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Africa: the EU-US security-economy nexus

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Africa has come to rank high on the US and EU agendas. While the EU hosted its fourth ­EU-Africa meeting on 2-3 April, US President Barack Obama is preparing his first ‘US-Africa Leaders Summit’ for 4-6 August. Meanwhile, French President François Hollande is visiting the Côte d’Ivoire, Niger, and Chad this weekend. His tour comes only days after France announced its decision to replace ‘Operation Serval’, undertaken in response to the military offensive of radical Islamists in Mali in early 2013, with a wider counter-terrorism operation codenamed ‘Barkhane’. Other EU member states are also redefining their engagement with Africa: Germany, to name one, is seeking closer military cooperation with France in the Central African Republic and is in the process of elaborating a new Africa strategy.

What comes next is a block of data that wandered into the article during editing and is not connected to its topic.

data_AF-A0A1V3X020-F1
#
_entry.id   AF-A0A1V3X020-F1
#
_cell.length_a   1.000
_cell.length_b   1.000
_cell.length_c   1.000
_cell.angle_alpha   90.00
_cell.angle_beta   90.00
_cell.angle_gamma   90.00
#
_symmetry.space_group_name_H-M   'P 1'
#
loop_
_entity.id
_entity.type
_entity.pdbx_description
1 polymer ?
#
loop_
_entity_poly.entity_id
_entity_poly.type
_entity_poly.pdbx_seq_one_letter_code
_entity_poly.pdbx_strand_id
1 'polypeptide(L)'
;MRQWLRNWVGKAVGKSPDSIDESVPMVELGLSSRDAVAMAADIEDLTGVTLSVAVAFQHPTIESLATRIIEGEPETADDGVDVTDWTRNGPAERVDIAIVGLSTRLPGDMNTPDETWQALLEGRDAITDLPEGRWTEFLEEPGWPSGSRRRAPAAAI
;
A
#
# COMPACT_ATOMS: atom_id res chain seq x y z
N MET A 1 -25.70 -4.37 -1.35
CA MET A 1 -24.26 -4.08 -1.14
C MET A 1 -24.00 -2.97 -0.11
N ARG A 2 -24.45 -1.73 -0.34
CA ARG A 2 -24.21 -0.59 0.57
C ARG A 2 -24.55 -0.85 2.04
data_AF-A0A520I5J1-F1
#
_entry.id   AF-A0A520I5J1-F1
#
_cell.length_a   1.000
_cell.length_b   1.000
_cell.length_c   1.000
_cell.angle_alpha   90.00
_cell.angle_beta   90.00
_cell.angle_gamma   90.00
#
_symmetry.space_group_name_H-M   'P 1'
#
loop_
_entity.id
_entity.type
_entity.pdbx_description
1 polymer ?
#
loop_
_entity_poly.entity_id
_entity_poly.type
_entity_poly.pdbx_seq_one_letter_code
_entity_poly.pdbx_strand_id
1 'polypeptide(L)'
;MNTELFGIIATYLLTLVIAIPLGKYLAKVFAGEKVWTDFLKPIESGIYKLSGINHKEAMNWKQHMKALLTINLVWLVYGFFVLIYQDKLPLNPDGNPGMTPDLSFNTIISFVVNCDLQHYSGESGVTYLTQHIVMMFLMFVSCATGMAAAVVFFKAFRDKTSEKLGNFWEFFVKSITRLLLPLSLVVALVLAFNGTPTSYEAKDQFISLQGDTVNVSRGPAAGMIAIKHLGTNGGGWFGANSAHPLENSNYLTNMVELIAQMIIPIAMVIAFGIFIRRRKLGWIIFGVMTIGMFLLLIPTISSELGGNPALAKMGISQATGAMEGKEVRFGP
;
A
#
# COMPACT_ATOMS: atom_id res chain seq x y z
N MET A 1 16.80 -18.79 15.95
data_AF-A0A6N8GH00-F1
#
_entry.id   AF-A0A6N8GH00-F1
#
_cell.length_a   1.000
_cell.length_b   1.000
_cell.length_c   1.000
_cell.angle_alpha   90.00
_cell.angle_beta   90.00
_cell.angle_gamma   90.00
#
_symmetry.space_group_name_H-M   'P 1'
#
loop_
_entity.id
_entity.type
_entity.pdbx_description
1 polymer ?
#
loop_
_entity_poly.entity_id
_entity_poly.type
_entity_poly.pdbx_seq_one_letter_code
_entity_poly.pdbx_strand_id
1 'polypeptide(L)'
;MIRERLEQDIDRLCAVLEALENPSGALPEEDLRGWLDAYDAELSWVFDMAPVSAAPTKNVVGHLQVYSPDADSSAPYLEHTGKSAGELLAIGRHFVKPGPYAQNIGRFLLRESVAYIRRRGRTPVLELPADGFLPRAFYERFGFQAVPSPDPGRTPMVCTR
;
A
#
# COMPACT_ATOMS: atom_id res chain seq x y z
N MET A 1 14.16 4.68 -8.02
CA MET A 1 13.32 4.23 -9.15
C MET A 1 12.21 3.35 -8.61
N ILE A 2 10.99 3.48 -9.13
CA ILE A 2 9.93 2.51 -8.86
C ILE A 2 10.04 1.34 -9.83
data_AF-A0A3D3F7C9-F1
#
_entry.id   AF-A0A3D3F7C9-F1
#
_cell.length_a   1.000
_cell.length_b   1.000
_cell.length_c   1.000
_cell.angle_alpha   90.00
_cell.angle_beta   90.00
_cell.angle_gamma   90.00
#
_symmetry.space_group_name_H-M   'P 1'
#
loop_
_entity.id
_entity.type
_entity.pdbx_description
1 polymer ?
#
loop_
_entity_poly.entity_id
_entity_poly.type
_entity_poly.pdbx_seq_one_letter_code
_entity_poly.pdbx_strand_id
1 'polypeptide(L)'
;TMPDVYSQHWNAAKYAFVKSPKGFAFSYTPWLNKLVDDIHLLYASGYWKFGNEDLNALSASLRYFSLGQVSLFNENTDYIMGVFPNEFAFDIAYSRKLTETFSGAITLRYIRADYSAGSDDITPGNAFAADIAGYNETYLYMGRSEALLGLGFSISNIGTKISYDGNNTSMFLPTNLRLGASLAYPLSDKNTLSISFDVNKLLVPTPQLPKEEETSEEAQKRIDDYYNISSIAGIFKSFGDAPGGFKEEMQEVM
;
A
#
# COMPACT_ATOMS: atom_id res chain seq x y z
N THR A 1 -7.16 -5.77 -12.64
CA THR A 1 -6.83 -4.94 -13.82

What emerges from this renewed attention towards the continent is that both the US and the EU have subscribed to a two-pronged approach encompassing a focus on security and economic cooperation. Hence, despite tangible operational differences between them, they converge on a specific understanding of both security and economic aspects. While security is largely framed as countering violent extremism, economic cooperation has primarily come to be seen through trade and foreign direct investment lenses. It is essential, however, that this security-economy ‘nexus’ does not impair ongoing efforts regarding governance and state-building.